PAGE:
How to Grow Munstead Lavender

Munstead lavender plant with purple and white blooms on thin stems

The Spruce / Evgeniya Vlasova

Munstead lavender is a popular cultivar of the most widely-grown lavender species, English lavender (Lavandula angustifolia).  

Munstead lavender is highly popular for many reasons. It is compact and grows slowly, so it fits even into small gardens and can be grown in containers. It blooms earlier than other English lavenders and, unlike French lavender, it is cold-hardy. This means it can also be grown in areas where the thermometer falls below 32 degrees F.

Its sweet scent makes it one of the best lavenders for both potpourris and sachets as well as for cooking.

In short, if you want a multi-purpose culinary lavender that is hardy, fragrant, and attractive, Munstead is the way to go.

Botanical Name Lavandua angustifolia ‘Munstead’
Common Name Munstead lavender
Plant Type Herbaceous perennial
Mature Size 1 to 1.5 feet height, 1 to 1.5 feet width
Sun Exposure Full sun
Soil Type Sandy, well-drained
Soil pH Neutral (6.7 to 7.3)
Bloom Time  Summer
Flower Color Blue, lavender, purple
Hardiness Zones 5-9
Native Area Mediterranean (France, Italy, Spain)
Toxicity Toxic for cats and dogs

Munstead Lavender Care

Other than weeding around the plant and regularly pruning it, there is not much maintenance to be done once Munstead lavender is established.

Like all lavenders, though, it is not a long-lived plant. You will need to replant it after a few years. Lavender’s popularity is growing and it is easy to find at nurseries.

Munstead lavender plant with small purple blooms on thin stems closeup

The Spruce / Evgeniya Vlasova

Munstead lavender plant with long thin stems and small purple and light purple blooms in sunlight

The Spruce / Evgeniya Vlasova

Munstead lavender with bright purple blooms on thin stems closeup

The Spruce / Evgeniya Vlasova

Light

As a native of the Mediterranean, English lavender needs full sun. Insufficient sun makes it leggy and leads to reduced flowering. In warmer climates, some afternoon shade is acceptable.

Soil

Ideally, lavender must be grown in sandy soil, or one that is not too rich and provides excellent drainage, such as shallow rocky soil. Avoid any soil that is damp or, even worse, soggy.

Water

Munstead lavender is fairly drought-tolerant once established. After you plant it, keep the soil evenly moist during the first growing season by watering it regularly. After that, there is generally no need to water the plant. The only exception is if there is a drought during the time when the flower buds form. Water as needed so the buds won’t shrivel and the blooms can develop to their full beauty. 

Because lavender is so sensitive to excess water, when mulching around it, the goal, unlike with most other plants, is not to keep the soil moist but the opposite. It is best to use rocks or gravel instead of mulch that absorbs water, such as bark mulch.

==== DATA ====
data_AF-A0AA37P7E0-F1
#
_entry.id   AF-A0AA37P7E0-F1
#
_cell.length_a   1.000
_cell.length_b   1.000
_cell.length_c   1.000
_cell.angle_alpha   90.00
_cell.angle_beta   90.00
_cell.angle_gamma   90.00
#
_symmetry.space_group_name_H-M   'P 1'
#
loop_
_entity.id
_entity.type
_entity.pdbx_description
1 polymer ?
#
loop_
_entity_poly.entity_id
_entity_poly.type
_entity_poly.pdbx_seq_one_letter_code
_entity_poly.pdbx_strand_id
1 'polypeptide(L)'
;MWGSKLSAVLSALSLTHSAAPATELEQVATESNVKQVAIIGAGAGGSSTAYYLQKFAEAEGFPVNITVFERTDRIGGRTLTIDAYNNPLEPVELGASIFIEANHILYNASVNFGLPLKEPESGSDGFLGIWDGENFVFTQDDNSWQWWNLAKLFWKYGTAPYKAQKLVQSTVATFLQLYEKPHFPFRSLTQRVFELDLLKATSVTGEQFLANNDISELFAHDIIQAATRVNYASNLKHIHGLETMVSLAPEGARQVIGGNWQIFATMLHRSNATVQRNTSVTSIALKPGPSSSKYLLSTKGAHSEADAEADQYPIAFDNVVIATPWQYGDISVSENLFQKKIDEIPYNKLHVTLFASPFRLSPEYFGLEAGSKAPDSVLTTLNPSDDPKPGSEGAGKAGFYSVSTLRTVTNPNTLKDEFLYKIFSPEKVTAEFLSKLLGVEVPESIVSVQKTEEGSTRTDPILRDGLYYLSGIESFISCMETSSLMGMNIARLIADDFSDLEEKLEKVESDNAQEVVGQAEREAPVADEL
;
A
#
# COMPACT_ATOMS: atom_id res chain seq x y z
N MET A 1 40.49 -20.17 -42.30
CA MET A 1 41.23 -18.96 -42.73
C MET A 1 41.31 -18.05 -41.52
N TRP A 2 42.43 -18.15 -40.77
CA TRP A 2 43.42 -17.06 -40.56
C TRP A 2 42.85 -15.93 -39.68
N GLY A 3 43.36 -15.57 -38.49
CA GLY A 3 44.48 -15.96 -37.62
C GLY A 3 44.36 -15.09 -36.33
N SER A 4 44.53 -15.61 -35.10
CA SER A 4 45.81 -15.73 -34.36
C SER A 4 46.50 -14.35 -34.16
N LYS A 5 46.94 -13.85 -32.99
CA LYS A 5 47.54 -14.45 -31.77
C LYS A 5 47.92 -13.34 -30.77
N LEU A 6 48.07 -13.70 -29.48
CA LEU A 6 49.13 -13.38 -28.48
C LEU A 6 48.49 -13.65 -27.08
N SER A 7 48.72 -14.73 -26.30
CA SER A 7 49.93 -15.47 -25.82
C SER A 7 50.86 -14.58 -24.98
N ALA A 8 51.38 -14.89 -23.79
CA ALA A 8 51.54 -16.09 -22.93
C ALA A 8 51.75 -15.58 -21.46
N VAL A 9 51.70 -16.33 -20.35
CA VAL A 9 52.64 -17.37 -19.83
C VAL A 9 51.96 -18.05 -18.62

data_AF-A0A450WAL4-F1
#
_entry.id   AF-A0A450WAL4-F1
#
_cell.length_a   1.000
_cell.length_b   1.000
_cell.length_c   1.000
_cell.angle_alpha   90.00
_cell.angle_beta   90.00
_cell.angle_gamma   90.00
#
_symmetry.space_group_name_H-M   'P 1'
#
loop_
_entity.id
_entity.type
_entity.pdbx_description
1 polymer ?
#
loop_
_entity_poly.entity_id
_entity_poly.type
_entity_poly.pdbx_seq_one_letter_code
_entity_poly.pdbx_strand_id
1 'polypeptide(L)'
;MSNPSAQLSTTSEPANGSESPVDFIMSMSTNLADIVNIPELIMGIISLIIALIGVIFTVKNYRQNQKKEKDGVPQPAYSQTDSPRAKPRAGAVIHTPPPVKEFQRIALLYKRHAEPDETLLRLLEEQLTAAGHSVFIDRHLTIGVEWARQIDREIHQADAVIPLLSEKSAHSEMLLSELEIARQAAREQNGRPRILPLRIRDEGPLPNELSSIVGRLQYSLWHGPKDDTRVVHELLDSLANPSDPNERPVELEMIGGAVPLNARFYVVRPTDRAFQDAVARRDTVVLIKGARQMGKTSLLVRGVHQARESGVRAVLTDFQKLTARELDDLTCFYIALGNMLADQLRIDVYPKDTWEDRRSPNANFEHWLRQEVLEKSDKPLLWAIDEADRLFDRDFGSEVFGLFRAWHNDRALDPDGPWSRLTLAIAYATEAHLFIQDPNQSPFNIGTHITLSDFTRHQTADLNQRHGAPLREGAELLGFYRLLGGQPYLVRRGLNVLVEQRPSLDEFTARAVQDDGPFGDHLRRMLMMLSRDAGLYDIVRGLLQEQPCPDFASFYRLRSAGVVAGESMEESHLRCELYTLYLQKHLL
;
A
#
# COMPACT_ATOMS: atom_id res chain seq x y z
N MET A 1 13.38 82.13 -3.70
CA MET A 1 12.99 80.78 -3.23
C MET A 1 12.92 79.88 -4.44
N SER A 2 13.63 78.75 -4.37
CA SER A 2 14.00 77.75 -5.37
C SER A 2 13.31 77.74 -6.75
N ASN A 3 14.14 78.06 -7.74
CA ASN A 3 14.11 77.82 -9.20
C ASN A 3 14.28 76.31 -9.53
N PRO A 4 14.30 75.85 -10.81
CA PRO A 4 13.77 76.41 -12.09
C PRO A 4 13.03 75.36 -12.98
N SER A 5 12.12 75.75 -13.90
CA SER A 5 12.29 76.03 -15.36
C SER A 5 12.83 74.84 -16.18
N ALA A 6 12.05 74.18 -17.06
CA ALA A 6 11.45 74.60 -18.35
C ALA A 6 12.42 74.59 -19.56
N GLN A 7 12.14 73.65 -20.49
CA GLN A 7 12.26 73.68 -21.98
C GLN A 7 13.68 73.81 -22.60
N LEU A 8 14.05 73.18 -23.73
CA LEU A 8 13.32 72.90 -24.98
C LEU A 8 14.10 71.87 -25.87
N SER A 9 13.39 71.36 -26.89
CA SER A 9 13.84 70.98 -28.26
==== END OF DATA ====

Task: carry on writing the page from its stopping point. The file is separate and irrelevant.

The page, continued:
Temperature and Humidity

Lavender likes it warm but not overly hot, and it does not do well in humid climates. While Munstead lavender is hardy to USDA zones 5, it does not always make it through a very cold winter when temperatures fall below minus ten degrees F.

As a precaution, it is recommended that you either grow it in a container so you can bring it in during the winter, or take some root cuttings in the fall and grow them indoors, then replant in the garden in the spring.

Fertilizer

Lavender does not need fertilization. In fact, overly rich soil and fertilizer can kill the plant. 

Is Munstead Lavender Toxic?

Lavender contains linalool and linalyl acetate, substances that are toxic to cats and dogs. While a pet must consume a large amount to get sick, the concentrated form in lavender products is especially dangerous. Therefore, keep your stash of dried lavender out of your pet’s reach. The same applies to an electronic aromatherapy diffuser with lavender in it.

Symptoms of lavender poisoning include vomiting, lethargy, diarrhea, and loss of appetite.

Propagating Munstead Lavender

To propagate from an existing plant, cut healthy shoots of about six inches in length. Remove the lower leaves and dip the cut ends in rooting hormone powder.

Plant the cuttings in a pot filled with potting soil and keep them well-watered in a partially shady location until you see new growth.

Cutting a healthy shoot for propagation
Cutting a healthy shoot for propagation Lex20 / Getty Images

Harvesting Munstead Lavender

To harvest your lavender, cut the stalks when only about half or one-third of the florets (the tiny flowers that form the flower head) have opened, and hang the stalks upside down to dry in a well-ventilated room. 

Growing Munstead Lavender in Containers

Growing lavender in a container is a good option because it’s a compact plant and you will have the freedom to move it around during the day following the sun. In cooler climates, you can also bring it indoors for the winter. 

Common Pests/Diseases

Root rot is by far the most common disease affecting lavender. It is caused by oomycetes which are fungus-like microorganisms. The disease occurs especially in cold and wet soils. It leads to wilting and/or yellow leaves that eventually die and discoloring of the root tissue. The way to prevent root rot is to avoid over-watering and plant Munstead lavender in soil with excellent drainage.